TheNews of the World phone hacking scandal was part of a “thriving cottage industry” of “grubby” and illegal newsgathering tactics, an inquiry into British media standards was told.

The inquiry, led by Lord Justice Brian Henry Leveson, is also looking into the often cosy relationship of journalists, the political establishment and the police.

In a dramatic statement, underlining the scale of phone hacking, the counsel for the inquiry Robert Jay, QC, said: “I suggest that it would not be unfair to comment that it was, at the very least, a thriving cottage-industry. Apart from being illegal, and this is my language now, it was grubby, underhand, high-handed.”

It also appeared that using private detectives to hack phones for stories was not confined only to one newspaper, he said. Notes seized from a detective who carried out hacking for NoW suggested that he may have also worked forThe Sunand the Daily Mirror.

The NoW, Rupert Murdoch's best-selling British newspaper, was shut down in the summer following revelations that its journalists hacked the phone of a murdered teenaged schoolgirl, Milly Dowler, after she went missing. There is speculation over the future of The Sun after James Murdoch, head of the company that owns it, did not rule out closing it when he appeared before a parliamentary committee last week.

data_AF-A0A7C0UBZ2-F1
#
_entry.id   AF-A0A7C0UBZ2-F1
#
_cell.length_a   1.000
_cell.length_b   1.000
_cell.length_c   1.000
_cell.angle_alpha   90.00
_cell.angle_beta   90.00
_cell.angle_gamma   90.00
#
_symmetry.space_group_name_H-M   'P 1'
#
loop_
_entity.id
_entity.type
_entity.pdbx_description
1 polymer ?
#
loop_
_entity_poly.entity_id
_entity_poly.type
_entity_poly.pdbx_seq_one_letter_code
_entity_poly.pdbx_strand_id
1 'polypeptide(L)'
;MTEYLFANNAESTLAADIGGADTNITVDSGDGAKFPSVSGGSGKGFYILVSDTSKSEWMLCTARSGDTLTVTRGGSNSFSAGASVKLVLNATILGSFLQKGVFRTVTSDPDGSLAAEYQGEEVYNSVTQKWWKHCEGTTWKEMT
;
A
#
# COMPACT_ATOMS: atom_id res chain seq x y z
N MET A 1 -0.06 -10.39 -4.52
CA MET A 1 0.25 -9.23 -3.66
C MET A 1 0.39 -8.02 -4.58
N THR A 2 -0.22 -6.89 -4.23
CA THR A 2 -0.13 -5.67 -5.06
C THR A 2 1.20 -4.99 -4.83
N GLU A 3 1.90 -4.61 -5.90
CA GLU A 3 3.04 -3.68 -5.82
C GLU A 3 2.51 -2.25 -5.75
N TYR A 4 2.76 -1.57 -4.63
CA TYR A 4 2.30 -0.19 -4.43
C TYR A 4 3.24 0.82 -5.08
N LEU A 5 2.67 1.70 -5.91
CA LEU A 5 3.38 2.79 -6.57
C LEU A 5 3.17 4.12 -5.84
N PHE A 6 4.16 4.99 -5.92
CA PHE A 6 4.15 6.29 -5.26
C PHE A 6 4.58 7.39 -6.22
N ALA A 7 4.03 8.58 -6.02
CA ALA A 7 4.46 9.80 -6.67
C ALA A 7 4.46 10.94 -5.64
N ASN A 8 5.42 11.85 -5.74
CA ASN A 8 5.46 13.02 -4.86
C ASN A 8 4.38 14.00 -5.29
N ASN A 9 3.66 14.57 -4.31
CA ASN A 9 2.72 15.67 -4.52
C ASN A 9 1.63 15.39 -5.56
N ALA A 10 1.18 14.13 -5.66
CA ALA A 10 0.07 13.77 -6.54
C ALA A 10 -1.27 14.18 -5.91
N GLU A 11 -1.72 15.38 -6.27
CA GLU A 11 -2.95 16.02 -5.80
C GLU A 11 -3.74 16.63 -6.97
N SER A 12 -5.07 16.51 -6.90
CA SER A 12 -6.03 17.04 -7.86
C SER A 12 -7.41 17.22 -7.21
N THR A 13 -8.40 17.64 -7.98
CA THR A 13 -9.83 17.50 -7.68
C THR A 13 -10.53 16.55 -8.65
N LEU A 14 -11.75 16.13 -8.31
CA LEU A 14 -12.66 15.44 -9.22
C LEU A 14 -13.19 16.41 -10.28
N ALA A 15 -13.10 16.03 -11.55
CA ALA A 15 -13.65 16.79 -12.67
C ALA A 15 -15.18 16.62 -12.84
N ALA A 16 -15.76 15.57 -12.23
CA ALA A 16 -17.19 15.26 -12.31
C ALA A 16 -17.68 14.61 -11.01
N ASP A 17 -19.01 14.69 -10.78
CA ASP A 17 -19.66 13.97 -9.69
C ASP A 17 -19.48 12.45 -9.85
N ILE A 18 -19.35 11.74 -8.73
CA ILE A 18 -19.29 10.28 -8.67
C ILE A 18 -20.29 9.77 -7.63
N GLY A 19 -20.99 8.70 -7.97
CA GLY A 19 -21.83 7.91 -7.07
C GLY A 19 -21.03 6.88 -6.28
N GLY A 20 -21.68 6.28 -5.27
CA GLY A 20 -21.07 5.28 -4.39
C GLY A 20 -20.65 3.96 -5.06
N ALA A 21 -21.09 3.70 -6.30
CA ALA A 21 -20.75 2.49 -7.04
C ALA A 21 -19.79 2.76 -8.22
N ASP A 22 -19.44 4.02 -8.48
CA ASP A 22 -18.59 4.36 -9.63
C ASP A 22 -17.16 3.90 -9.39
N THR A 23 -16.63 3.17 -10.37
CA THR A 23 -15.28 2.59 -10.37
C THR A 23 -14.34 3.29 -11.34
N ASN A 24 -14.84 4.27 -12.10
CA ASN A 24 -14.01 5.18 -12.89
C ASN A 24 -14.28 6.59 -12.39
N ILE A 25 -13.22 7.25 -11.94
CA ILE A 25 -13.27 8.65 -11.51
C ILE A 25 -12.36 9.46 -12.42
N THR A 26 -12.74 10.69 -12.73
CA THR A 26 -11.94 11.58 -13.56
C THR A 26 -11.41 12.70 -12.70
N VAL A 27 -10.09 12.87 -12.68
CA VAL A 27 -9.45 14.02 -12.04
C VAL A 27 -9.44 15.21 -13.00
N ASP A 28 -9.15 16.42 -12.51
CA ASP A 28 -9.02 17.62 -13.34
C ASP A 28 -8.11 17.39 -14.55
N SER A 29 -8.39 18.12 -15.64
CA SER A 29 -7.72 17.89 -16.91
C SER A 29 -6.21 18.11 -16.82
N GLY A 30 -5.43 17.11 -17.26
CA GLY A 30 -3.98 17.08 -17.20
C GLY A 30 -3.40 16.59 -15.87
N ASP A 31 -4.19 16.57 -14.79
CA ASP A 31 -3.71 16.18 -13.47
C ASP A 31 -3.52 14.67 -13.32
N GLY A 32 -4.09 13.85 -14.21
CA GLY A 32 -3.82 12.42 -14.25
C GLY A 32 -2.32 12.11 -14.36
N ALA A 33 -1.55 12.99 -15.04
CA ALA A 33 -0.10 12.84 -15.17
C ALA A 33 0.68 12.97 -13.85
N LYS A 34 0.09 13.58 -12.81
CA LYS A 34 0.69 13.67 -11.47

Meanwhile, the inquiry began with a warning to newspapers not to target witnesses who spoke out against them. He said the inquiry would be “monitoring” how the media treated the witnesses.

The warning followed revelations that some of the hacking victims and their lawyers had been tailed by a detective hired by NoW.

He reminded journalists that right to free speech entailed the duty to make sure that it was exercised responsibly. At the heart of the inquiry, he pointed out in his opening statement, was “one simple question: who guards the guardians?”

A number of high-profile politicians, celebrities such as film actor Hugh Grant, media personalities and police figures are expected to give evidence, joining a long cast of victims of NoW hacking, including Milly Dowler's parents.

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